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“Owha” The New Zealand Leopard Seal


HLNZ-001, also known as “Owha” was the first leopard seal ever entered into the New Zealand Leopard Seal Catalogue. She is a female, 3.1 m seal who has been residing in New Zealand waters since at least 2012, when she was photographed off the coast of Dunedin (South Island).

Since then she traveled north and was first recorded off the coast of Northland at Ruakaka on the 1st of June 2015. She has since resided in the waters on the east coast of Northland and the Waitemata Harbour, adjacent to Auckland city. Owha particularly likes hauling out and resting on marina pontoons.

Owha - NZ leopard seal
Click image for a full-sized version of Owha's catalogue information
Ngati Whatua Orakei named Owha after she spend some time in their local waters

Owha is short for her Māori name “He owha  ōku tūpuna” which translates to mean “treasured gift from our ancestors”.  She received this name from the  local Māori hapu (sub-tribe or clan), Ngati Whatua ki Orakei, after she spent more than a year in their home waters.

Where owha can be found

Owha particularly likes hauling out and resting on marina pontoons.  She has been documented at the Auckland Outboard Boating Club Marina, Westhaven Marina, Bays Water Marina, WestPark Marina, Te Atatu Boating Club, Gulf Harbour Marina, Sandspit Marina, Tutukaka Harbour Marina and Marsden Cove Marina.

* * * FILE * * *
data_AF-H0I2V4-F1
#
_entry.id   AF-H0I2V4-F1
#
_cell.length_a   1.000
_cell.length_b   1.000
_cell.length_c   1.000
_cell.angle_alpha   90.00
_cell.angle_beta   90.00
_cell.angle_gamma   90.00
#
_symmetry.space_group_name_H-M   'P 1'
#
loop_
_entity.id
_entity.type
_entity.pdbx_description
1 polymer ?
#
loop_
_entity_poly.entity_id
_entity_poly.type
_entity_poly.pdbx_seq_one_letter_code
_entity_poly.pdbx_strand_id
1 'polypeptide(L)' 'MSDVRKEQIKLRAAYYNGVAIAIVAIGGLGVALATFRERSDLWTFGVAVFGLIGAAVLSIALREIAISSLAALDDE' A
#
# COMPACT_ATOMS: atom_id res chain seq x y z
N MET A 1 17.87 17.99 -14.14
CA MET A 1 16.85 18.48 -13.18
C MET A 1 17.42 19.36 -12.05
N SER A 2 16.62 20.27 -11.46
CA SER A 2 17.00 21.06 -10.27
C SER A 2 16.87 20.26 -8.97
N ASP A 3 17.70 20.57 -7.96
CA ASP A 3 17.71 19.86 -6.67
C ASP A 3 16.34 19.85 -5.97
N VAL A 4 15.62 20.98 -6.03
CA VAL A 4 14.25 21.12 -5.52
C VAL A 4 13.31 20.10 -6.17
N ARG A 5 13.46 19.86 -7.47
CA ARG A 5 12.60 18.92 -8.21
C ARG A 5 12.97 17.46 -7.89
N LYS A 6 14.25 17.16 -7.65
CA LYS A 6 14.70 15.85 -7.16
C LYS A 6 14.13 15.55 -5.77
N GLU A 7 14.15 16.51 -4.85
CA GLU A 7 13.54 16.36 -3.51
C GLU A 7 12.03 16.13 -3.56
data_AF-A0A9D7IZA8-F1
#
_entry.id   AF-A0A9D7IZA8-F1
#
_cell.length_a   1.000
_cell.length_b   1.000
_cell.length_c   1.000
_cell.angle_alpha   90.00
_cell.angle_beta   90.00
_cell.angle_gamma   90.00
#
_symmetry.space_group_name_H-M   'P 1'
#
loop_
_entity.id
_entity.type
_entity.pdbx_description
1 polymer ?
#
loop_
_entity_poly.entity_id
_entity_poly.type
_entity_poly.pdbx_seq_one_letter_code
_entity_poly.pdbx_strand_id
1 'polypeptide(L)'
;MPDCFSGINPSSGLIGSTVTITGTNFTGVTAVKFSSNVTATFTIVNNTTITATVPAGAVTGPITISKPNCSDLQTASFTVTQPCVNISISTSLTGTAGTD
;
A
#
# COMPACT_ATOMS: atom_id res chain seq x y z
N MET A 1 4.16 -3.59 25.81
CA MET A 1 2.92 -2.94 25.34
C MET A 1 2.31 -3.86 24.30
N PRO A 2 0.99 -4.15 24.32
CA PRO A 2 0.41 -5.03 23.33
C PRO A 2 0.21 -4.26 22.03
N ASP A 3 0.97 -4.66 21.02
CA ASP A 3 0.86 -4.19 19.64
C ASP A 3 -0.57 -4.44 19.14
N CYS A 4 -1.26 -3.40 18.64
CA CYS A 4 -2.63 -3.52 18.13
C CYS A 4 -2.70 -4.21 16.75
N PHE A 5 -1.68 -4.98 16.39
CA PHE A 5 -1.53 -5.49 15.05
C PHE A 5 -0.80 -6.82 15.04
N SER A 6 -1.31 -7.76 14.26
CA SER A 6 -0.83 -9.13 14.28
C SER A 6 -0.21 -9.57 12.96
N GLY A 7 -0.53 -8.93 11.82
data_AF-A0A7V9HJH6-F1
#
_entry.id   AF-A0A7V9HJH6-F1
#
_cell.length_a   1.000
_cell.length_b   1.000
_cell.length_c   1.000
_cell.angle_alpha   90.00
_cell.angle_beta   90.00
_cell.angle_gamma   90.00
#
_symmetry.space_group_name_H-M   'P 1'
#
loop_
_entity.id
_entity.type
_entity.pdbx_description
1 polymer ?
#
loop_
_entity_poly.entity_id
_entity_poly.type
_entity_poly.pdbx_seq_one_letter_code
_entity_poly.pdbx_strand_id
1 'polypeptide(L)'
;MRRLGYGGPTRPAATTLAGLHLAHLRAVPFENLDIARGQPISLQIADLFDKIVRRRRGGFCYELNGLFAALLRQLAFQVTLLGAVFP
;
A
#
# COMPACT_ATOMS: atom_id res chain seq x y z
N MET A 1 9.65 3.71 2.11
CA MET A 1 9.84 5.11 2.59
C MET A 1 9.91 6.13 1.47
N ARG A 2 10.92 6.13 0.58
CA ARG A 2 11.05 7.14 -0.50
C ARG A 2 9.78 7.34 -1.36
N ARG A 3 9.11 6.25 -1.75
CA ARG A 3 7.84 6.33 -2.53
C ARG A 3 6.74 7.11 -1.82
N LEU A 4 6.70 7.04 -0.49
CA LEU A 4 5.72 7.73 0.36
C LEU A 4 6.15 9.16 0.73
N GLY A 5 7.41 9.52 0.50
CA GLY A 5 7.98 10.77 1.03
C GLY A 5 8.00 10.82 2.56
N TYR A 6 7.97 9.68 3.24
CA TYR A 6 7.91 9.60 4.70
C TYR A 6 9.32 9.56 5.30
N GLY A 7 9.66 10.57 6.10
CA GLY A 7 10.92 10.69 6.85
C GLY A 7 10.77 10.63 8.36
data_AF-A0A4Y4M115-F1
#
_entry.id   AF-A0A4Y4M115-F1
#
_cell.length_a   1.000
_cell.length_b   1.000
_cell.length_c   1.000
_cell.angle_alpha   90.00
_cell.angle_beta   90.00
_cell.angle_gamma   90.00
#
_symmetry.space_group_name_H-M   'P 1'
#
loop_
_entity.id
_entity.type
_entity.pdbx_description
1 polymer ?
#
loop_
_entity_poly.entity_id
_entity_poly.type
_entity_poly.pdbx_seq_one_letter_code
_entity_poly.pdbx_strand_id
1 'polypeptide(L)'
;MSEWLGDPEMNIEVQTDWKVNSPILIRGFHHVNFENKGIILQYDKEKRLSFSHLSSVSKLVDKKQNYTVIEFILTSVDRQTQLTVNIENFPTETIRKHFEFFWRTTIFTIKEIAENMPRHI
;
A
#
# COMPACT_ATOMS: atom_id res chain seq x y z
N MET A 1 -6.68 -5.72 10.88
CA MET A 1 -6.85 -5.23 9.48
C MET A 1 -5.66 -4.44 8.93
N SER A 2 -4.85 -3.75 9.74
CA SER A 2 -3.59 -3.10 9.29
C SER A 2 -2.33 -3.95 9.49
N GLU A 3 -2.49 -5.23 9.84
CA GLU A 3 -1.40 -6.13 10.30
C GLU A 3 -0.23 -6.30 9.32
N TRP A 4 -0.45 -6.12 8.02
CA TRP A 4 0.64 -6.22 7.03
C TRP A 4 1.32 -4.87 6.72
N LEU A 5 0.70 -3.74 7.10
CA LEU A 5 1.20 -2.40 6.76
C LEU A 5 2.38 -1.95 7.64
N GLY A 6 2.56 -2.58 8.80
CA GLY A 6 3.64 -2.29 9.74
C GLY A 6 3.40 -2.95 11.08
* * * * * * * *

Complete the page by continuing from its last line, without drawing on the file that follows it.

Owha, hauled out on the fuel jetty at one of the many marinas she has visited around our coastline.

Additionally, please note that because she likes visiting marinas, she is also vulnerable to boat strike – please do not approach closer than 20m in your boat and please slow down if you have sighted her.  She can be very difficult to spot as very little of her body or head typical protrude above the water surface.

Owha the leopard seal swimming near boats in a marina. Her low profile makes her very susceptible to boat strike, so please slow down if you see her.

We ask that you please report any sightings of leopard seals (including historic ones) to us in order to help us better understand and therefore protect Owha and other leopard seals who visit and reside around our shores.


Do Owha and others like her, belong in New Zealand?

While the core range for leopard seals is in Antarctic waters, they are known to travel northward and New Zealand is part of their normal range. Leopard seals are classified as a native species and protected in New Zealand by the Marine Mammals Protection Act (MMPA) 1978.

LeopardSeals.org has identified research which shows  leopard seals have been present in the New Zealand ecosystem since the 1200s (as evidenced from remains in Maori middens).

Thanks to the increased awareness of leopard seals, and our ever-increasing sightings database and photo identification records, our research shows that these seals have been sighted in all regions of New Zealand and are present year-round. We are in the process of publishing a scientific paper about this research.

Can we move Owha back to the Antarctic?